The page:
Student affairs graduate program leaders conducted a pilot study to investigate the degree of student and adviser satisfaction with the academic advising process. This study compared the traditional academic advising process with a virtual advising system (VAS) process.


For this study, the experimental group (n=7) was composed of students who participated in face-to-face virtual advising sessions using the VAS. These students were off-campus students who commuted at least forty-five minutes to reach campus. The VAS provided these students virtual access to their adviser through the University Center (an off-campus satellite office where a majority of graduate classes are offered).

The control group (n=7) consisted of students participating in traditional face-to-face advising sessions in their academic adviser's office. This group included only on-campus students, the majority of whom work and/or live on campus and attend all classes on campus.

Virtual Advising System (VAS)

The virtual advising system (VAS) included one desktop unit at the off-campus University Center (which included a computer and a POLYCOM ViaVideo Videoconferencing Kit™) and an identical desktop unit on the adviser's desktop at the Clemson campus. For the purposes of this study, investigators used a videoconferencing system that was simple to use and install. This integrated desktop video communication device was chosen because it delivered high-quality, interactive video and voice communications from a desktop PC with a broadband Internet connection.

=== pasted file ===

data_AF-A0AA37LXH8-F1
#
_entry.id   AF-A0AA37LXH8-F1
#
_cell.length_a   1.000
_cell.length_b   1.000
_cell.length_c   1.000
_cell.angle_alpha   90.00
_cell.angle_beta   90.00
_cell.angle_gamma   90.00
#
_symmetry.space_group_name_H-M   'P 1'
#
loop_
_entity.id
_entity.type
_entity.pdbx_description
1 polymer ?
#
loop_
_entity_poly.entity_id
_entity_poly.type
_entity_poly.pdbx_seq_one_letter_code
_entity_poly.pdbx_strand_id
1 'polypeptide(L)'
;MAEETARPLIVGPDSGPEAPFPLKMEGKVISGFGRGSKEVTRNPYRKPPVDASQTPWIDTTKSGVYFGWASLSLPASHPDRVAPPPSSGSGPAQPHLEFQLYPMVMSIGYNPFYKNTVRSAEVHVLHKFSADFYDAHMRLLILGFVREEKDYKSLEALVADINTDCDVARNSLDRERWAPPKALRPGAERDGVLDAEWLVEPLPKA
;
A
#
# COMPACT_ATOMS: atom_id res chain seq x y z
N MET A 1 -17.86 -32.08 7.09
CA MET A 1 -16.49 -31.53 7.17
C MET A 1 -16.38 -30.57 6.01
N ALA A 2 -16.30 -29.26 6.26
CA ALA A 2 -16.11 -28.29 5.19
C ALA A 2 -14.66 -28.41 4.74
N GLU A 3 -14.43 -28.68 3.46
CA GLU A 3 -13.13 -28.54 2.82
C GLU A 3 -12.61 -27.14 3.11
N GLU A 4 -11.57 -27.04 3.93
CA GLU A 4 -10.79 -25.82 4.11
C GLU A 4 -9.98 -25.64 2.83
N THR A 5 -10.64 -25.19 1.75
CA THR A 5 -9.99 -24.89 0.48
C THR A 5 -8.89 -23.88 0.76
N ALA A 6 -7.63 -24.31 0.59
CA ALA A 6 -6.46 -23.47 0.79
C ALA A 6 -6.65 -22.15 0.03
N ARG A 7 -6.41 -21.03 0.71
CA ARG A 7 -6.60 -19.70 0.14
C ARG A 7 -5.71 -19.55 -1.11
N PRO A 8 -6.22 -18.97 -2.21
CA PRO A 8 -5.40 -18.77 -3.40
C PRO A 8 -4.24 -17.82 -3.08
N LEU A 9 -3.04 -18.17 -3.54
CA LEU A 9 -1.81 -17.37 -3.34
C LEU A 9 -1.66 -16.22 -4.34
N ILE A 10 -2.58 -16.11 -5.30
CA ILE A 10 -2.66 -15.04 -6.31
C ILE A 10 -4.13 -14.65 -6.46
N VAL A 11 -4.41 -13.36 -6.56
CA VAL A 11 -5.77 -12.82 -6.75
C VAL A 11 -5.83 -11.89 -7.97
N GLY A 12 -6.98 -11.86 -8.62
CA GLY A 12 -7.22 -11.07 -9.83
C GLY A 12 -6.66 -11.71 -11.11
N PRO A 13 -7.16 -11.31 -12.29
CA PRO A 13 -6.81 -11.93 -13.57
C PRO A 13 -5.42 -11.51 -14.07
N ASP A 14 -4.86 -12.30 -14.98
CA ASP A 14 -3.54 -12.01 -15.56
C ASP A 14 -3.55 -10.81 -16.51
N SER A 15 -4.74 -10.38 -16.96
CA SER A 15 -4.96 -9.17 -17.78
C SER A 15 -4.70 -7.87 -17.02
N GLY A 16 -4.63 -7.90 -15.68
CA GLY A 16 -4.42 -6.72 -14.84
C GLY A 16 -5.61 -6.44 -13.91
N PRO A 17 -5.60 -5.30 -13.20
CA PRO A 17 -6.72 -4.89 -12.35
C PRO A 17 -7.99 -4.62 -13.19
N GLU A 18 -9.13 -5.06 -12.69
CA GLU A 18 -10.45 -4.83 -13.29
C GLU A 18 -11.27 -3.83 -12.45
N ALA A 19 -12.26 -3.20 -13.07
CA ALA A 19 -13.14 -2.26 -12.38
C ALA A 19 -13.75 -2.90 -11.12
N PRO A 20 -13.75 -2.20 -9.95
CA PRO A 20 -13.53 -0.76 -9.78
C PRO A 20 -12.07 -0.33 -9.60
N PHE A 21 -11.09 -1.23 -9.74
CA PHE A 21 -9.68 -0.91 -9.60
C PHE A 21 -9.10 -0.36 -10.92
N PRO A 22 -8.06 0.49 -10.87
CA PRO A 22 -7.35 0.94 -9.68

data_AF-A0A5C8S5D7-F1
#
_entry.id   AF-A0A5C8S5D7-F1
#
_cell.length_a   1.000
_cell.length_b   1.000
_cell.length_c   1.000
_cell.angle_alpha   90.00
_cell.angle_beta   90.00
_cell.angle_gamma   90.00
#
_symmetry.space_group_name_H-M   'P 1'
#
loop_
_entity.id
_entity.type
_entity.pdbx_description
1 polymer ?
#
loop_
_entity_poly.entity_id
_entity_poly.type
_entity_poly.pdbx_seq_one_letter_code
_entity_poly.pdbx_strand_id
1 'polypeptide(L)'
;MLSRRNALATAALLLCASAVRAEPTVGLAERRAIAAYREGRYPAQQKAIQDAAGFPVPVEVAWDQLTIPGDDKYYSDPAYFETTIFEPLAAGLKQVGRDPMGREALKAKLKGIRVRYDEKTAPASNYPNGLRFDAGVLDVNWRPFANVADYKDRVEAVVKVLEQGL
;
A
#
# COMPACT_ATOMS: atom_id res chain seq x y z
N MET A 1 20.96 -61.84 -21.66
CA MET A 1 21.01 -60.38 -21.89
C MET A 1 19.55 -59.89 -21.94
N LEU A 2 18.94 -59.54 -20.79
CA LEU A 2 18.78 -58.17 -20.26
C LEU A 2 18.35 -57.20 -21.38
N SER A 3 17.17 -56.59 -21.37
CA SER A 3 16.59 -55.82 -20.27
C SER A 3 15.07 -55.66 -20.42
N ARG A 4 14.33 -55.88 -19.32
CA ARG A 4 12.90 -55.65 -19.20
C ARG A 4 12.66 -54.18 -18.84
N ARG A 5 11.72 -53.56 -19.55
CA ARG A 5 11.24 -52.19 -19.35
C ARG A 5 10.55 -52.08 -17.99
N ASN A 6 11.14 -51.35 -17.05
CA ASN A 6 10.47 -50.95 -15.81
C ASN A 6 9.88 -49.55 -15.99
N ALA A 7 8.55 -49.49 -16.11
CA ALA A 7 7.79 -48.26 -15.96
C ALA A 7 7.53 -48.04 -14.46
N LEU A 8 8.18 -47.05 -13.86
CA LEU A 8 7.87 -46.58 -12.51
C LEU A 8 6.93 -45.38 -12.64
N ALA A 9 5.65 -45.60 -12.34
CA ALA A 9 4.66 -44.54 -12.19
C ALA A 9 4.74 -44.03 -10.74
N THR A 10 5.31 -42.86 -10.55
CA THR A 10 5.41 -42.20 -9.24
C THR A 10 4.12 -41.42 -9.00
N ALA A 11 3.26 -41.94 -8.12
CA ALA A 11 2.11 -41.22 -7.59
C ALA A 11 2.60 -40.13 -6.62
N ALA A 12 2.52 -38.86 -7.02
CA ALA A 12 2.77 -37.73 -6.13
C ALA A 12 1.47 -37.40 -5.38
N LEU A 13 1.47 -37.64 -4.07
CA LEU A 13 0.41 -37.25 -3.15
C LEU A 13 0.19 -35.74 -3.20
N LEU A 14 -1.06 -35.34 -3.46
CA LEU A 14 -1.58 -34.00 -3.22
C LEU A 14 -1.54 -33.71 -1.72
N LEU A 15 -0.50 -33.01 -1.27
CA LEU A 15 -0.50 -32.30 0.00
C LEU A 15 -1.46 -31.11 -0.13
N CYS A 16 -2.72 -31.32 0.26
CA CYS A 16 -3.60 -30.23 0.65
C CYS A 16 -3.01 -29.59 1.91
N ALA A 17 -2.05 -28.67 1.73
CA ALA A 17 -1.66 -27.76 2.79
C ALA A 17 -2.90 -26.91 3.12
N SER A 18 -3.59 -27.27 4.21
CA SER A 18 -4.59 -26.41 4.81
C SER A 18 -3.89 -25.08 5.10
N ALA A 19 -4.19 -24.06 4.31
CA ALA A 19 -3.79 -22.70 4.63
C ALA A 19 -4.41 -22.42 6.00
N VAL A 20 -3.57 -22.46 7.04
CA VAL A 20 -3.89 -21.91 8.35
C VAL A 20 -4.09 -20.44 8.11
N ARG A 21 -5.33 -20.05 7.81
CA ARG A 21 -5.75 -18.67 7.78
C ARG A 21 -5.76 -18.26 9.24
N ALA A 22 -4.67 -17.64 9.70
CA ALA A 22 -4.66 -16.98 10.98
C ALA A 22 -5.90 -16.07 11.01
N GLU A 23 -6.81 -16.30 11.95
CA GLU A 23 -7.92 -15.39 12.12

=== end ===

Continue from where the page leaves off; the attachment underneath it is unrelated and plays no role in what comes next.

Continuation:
The POLYCOM ViaVideo Videoconferencing Kit™ offered several benefits. This system had a very low technology frustration level (LTFL), as it simply plugged into a desktop PC via the universal serial bus (USB) port. All that was needed to utilize the system was the videoconferencing kit (including the software, integrated compact camera unit, and cables), a PC, and a high-speed Internet connection provided by the institution. This system allowed the researchers to successfully complete the project without any elaborate setups, networks, or informational technology (IT) services.


All students in the control and experimental groups had the same adviser and were instructed to schedule an advising session with the adviser via a sign-up sheet or an e-mail message. The advising session was conducted using either the virtual advising system or traditional face-to-face method. Following the advising session, the students completed a questionnaire designed to evaluate the pre-advising, advising, and post-advising process. The questionnaire contained Likert-scale questions and open-ended evaluative questions. This allowed students to evaluate and provide detailed comments about the advising process. The completed questionnaires were collected and responses remained confidential.